Tag Archives: mexico

Laboratoria changes women’s lives through coding

“If you want to be a social entrepreneur, make sure you are aligned with something you’re really passionate about. It is the hardest thing I have ever done, but also the most gratifying.”

Gabriela Rocha believes in the power of code to change lives. While at Columbia University acquiring a Masters of Public Administration in Development Practice, Gabi met the future founders of an incredible social enterprise. Mariana Costa Checa, Herman Marin, and Rodulfo Prieto were bound by a common frustration with Latin America’s underdevelopment, all hoping to apply their careers to the improvement of the region. Upon graduating, however, they went their separate ways.

While Gabi went to the favelas of Rio on a project for the Inter-American Development Bank, the three founders journeyed back to Peru and started their first web design company. But when the time came to look for web developers, they encountered an unexpected obstacle. Developers were few and far between, and those they did find were overwhelmingly men. What’s more, they learned that most of their developers had never received a university degree in computer science, and instead had either taken short-term classes or been self-taught.

Mariana realized that there was a tremendous opportunity presenting itself. In a world where demand for web developers is growing, its members unimpeded by the need for university degrees, there was an ideal niche for women to leave the low-skilled, low-pay trap. And thus, the concept for Laboratoria was born. After a successful pilot in Peru, they contacted their former classmates, Gabi and Marisol, who launched branches in Mexico and Chile, respectively.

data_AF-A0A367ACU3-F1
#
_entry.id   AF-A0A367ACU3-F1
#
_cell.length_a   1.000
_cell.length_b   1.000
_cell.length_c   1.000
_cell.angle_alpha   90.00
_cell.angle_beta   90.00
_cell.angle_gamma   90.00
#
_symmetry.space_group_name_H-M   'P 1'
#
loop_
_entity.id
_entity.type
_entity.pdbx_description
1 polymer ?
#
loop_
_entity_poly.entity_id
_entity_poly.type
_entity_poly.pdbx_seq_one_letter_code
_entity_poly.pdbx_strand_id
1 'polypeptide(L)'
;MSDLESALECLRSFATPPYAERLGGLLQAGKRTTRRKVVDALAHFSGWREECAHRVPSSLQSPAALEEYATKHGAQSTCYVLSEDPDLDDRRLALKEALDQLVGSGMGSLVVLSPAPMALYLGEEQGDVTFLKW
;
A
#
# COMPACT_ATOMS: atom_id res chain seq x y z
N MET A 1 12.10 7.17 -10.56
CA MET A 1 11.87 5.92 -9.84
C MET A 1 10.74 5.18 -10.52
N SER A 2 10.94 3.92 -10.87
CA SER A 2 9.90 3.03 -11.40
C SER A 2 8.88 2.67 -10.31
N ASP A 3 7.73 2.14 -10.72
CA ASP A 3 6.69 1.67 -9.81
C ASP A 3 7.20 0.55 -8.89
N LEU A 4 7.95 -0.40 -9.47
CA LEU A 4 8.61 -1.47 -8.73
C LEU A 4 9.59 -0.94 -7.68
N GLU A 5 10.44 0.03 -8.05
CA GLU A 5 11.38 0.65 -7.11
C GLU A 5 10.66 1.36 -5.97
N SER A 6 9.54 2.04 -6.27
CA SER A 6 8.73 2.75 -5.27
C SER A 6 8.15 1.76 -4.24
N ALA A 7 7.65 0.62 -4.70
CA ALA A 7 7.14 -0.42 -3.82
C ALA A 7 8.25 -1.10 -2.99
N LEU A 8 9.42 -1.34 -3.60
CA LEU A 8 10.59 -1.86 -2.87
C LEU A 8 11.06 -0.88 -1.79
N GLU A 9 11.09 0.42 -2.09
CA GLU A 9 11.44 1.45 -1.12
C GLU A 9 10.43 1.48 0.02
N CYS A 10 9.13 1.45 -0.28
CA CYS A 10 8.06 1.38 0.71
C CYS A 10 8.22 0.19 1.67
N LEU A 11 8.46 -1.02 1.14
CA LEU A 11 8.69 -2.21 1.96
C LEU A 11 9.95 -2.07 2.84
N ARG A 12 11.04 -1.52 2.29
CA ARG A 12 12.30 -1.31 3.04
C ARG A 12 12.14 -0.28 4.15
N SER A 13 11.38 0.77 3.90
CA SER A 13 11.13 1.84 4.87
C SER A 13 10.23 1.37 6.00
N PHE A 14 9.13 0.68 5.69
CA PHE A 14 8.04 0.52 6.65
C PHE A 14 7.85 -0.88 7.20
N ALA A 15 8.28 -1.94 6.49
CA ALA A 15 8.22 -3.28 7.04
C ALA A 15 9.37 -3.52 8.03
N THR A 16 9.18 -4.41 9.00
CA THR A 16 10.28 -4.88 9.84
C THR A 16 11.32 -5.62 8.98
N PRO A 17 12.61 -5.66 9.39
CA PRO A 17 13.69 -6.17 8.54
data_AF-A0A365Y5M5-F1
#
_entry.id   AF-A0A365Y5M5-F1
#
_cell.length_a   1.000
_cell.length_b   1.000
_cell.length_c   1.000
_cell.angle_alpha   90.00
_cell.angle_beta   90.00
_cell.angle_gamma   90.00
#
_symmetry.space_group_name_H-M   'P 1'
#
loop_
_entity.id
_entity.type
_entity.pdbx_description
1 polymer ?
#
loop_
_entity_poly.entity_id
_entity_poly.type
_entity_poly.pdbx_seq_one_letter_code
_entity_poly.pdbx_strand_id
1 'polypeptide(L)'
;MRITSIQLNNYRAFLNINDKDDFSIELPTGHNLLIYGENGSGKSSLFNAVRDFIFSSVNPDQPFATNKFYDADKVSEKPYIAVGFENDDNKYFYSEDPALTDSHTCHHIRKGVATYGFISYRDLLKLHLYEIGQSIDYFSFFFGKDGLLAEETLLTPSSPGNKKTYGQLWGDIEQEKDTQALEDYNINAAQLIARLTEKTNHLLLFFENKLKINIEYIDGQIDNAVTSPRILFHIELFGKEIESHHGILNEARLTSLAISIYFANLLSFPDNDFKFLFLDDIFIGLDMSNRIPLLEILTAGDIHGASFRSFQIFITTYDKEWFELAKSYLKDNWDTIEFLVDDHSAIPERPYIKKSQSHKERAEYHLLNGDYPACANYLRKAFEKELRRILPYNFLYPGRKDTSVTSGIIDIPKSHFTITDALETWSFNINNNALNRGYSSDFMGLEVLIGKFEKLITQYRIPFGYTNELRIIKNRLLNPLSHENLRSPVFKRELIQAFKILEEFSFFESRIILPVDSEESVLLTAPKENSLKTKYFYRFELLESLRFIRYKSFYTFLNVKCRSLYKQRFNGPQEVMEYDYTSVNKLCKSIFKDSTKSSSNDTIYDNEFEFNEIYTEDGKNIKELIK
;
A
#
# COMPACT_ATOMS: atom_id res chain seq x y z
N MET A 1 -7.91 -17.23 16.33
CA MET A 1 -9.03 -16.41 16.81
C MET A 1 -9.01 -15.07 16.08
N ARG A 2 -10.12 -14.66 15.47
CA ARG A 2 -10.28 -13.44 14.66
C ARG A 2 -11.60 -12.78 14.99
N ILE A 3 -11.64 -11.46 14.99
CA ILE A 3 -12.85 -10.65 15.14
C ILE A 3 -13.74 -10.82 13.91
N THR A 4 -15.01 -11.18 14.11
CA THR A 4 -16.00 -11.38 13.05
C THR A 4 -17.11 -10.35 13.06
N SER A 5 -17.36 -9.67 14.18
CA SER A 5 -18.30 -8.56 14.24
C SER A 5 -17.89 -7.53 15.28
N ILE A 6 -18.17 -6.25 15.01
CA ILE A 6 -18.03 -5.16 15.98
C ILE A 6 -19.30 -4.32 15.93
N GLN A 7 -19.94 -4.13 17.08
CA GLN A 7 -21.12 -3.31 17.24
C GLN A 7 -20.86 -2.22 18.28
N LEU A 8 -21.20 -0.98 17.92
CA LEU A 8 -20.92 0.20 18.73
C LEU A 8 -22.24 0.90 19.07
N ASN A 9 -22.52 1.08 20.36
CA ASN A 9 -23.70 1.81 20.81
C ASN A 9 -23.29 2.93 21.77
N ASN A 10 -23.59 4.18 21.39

Since then, Laboratoria has quickly become a transformative, educational powerhouse. It identifies high potential women from low-income sectors of society and puts them through an intensive six-month program. The women are trained in web development as well as personal development, learning both the hard and soft skills necessary to acquire and retain a higher-skilled, better-paying job. To date, it has graduated over 400 students and boast a 75% job placement rate into employment averaging three times their previous income. It has thus effectively and spectacularly broken the cycle of poverty for hundreds of women and their families. Above all, it has proven to the world that poorly educated women working low-income jobs are able to learn coding and begin successful careers in the burgeoning and competitive tech industry.